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Old 07-03-2013, 04:54 AM   #1
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Hydraulic jack fluid, do I change it?

Should we be changing the Hydraulic Fluid in the jack system? Does it pick up moisture and cause problems with the cylinders. It looks like it could be difficult to change and if there is no benefit I'd just as soon not change it. I understand that the fluid is just Automatic Transmission Fluid without the coloring dye. HWH jacks.
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Old 07-03-2013, 07:09 AM   #2
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Should we be changing the Hydraulic Fluid in the jack system? Does it pick up moisture and cause problems with the cylinders. It looks like it could be difficult to change and if there is no benefit I'd just as soon not change it. I understand that the fluid is just Automatic Transmission Fluid without the coloring dye. HWH jacks.
You can call HWH to get a definitive answer. In their FAQ section they say "rarely, for fluid contamination or condensation. It's a closed system and unless there is some "event" which opens the system then it's not necessary.
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Old 07-03-2013, 05:56 PM   #3
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I posted this question just before I went to pick up my 4 rebuilt jack cylinders. They replaced the seals, made new bushings & added bearings. The tech said they were "pretty mucky" and that they had spent a long time cleaning them out. I asked the tech about changing the fluid & he said it would probably be a good idea.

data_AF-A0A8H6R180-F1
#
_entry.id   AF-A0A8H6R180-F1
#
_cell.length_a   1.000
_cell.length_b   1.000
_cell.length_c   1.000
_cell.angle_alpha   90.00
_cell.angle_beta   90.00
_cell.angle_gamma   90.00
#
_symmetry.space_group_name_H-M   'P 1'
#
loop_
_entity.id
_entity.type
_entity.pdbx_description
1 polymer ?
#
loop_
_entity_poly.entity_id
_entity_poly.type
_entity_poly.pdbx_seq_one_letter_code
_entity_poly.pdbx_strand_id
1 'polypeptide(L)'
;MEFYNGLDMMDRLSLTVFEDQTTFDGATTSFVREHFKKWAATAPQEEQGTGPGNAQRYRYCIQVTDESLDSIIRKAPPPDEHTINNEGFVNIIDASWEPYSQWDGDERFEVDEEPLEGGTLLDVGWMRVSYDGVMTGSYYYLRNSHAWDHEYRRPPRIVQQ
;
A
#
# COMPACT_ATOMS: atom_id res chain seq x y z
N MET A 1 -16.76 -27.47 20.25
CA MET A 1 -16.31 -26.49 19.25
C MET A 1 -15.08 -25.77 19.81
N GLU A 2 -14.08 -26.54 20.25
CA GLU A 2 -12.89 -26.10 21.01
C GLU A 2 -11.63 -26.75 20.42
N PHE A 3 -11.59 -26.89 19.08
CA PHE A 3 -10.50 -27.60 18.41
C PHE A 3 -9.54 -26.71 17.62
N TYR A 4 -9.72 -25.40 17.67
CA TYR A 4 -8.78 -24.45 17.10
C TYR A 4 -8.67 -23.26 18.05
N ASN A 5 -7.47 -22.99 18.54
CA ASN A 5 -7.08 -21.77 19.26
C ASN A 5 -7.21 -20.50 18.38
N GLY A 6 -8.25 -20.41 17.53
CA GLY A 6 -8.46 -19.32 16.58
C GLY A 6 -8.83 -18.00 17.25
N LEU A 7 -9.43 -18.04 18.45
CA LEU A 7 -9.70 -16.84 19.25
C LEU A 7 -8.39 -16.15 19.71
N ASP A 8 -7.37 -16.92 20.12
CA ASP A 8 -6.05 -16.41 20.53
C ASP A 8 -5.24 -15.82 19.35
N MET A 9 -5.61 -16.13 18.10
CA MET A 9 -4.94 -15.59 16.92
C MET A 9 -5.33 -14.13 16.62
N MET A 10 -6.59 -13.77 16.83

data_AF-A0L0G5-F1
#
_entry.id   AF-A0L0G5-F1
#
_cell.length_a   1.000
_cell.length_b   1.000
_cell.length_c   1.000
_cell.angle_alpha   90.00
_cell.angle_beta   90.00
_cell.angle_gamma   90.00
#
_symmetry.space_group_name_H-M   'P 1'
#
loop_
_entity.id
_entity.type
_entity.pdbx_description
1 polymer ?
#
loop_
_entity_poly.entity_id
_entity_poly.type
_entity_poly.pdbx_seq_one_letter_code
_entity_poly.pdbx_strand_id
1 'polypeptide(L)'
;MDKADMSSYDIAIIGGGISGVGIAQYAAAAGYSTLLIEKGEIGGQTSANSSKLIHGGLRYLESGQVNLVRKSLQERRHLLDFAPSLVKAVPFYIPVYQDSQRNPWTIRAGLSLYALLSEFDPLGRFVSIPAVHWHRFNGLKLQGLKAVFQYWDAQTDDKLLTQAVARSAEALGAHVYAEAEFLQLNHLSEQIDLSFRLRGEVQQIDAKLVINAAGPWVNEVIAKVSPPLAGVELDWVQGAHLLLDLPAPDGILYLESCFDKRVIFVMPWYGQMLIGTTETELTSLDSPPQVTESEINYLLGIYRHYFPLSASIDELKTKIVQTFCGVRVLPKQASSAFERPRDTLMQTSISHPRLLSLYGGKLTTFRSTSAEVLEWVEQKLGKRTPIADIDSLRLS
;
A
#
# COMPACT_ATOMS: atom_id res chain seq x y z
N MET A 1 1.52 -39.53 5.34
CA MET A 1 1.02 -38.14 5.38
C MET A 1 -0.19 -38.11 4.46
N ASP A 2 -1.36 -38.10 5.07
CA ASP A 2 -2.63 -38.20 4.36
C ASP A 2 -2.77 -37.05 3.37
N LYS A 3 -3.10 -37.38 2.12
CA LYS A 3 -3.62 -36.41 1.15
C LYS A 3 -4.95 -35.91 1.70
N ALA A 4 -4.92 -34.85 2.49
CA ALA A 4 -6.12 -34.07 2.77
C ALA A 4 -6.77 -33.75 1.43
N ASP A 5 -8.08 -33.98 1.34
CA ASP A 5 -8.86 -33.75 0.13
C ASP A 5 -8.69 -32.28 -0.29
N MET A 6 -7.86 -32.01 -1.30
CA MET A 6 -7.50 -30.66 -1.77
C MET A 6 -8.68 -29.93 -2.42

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Old 07-03-2013, 08:20 PM   #4
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PowerGear says to change the fluid every ? years (I think it's 3 years). I don't have my manuals here right now.
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Old 07-04-2013, 08:48 AM   #5
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Mine looks good but I am changing it to a higher quality fluid because in cold weather the jacks do not retract properly but works fine in hot weather.

Ted.
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Old 07-04-2013, 10:42 AM   #6
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Gulfstream37: Are there different grades of hydraulic fluid? My original problems were the opposite of yours, the jacks retracted quickly when they were cool, below 50f, but above that had to be pried up if I wanted to move the same day. Overuse of the "store button" caused problems with the selenoid valves burning out & blowing fuses. Since I am going to change the fluid, and it could be a tedious job, I want to use the best fluid possible. What brand of jacks do you have?
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Old 07-04-2013, 11:07 AM   #7
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Interesting. I've never changed my fluid. Hadn't really thought about it. Maybe I should. After 20 years, it's probably due.
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Old 07-04-2013, 02:56 PM   #8
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I guess it'd be easy enough to suck out all you could with a turkey baster and then fill it back up with fresh fluid.
I do this occasionally with the brake fluid in the master cylinder in my autos.
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Old 07-04-2013, 04:24 PM   #9
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You can buy the HWH fluid. It can be pumped out w/ any pump. ie: hand oil pump from Harbor Freight. Not a bad idea to change, mine is now 11 yrs old.
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Old 07-04-2013, 04:26 PM   #10